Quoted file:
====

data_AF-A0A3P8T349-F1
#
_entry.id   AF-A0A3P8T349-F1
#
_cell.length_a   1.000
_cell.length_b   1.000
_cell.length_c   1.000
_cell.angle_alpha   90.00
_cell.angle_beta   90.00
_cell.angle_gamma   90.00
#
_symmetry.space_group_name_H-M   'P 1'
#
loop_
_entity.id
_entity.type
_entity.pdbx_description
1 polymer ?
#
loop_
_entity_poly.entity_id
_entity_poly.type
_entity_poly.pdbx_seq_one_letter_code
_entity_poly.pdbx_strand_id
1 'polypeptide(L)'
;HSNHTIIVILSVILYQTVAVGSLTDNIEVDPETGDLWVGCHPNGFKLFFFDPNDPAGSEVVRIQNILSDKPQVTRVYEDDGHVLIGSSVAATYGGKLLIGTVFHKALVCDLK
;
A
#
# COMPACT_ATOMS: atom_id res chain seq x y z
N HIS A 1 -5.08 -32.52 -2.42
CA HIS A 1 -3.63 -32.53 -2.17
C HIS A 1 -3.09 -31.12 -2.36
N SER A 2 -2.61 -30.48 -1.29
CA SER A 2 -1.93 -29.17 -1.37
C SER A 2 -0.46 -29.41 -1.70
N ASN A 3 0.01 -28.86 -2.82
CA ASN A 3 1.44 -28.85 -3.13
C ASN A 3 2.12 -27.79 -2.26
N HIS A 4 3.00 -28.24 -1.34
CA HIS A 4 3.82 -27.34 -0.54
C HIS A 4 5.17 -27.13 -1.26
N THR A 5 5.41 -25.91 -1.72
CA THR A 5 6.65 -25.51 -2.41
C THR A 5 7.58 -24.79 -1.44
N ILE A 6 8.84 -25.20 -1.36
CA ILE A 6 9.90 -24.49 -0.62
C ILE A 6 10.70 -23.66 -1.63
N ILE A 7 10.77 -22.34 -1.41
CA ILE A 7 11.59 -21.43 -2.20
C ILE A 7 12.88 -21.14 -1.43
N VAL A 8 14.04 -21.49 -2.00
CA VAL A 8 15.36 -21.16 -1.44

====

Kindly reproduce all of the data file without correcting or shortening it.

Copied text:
data_AF-A0A3P8T349-F1
#
_entry.id   AF-A0A3P8T349-F1
#
_cell.length_a   1.000
_cell.length_b   1.000
_cell.length_c   1.000
_cell.angle_alpha   90.00
_cell.angle_beta   90.00
_cell.angle_gamma   90.00
#
_symmetry.space_group_name_H-M   'P 1'
#
loop_
_entity.id
_entity.type
_entity.pdbx_description
1 polymer ?
#
loop_
_entity_poly.entity_id
_entity_poly.type
_entity_poly.pdbx_seq_one_letter_code
_entity_poly.pdbx_strand_id
1 'polypeptide(L)'
;HSNHTIIVILSVILYQTVAVGSLTDNIEVDPETGDLWVGCHPNGFKLFFFDPNDPAGSEVVRIQNILSDKPQVTRVYEDDGHVLIGSSVAATYGGKLLIGTVFHKALVCDLK
;
A
#
# COMPACT_ATOMS: atom_id res chain seq x y z
N HIS A 1 -5.08 -32.52 -2.42
CA HIS A 1 -3.63 -32.53 -2.17
C HIS A 1 -3.09 -31.12 -2.36
N SER A 2 -2.61 -30.48 -1.29
CA SER A 2 -1.93 -29.17 -1.37
C SER A 2 -0.46 -29.41 -1.70
N ASN A 3 0.01 -28.86 -2.82
CA ASN A 3 1.44 -28.85 -3.13
C ASN A 3 2.12 -27.79 -2.26
N HIS A 4 3.00 -28.24 -1.34
CA HIS A 4 3.82 -27.34 -0.54
C HIS A 4 5.17 -27.13 -1.26
N THR A 5 5.41 -25.91 -1.72
CA THR A 5 6.65 -25.51 -2.41
C THR A 5 7.58 -24.79 -1.44
N ILE A 6 8.84 -25.20 -1.36
CA ILE A 6 9.90 -24.49 -0.62
C ILE A 6 10.70 -23.66 -1.63
N ILE A 7 10.77 -22.34 -1.41
CA ILE A 7 11.59 -21.43 -2.20
C ILE A 7 12.88 -21.14 -1.43
N VAL A 8 14.04 -21.49 -2.00
CA VAL A 8 15.36 -21.16 -1.44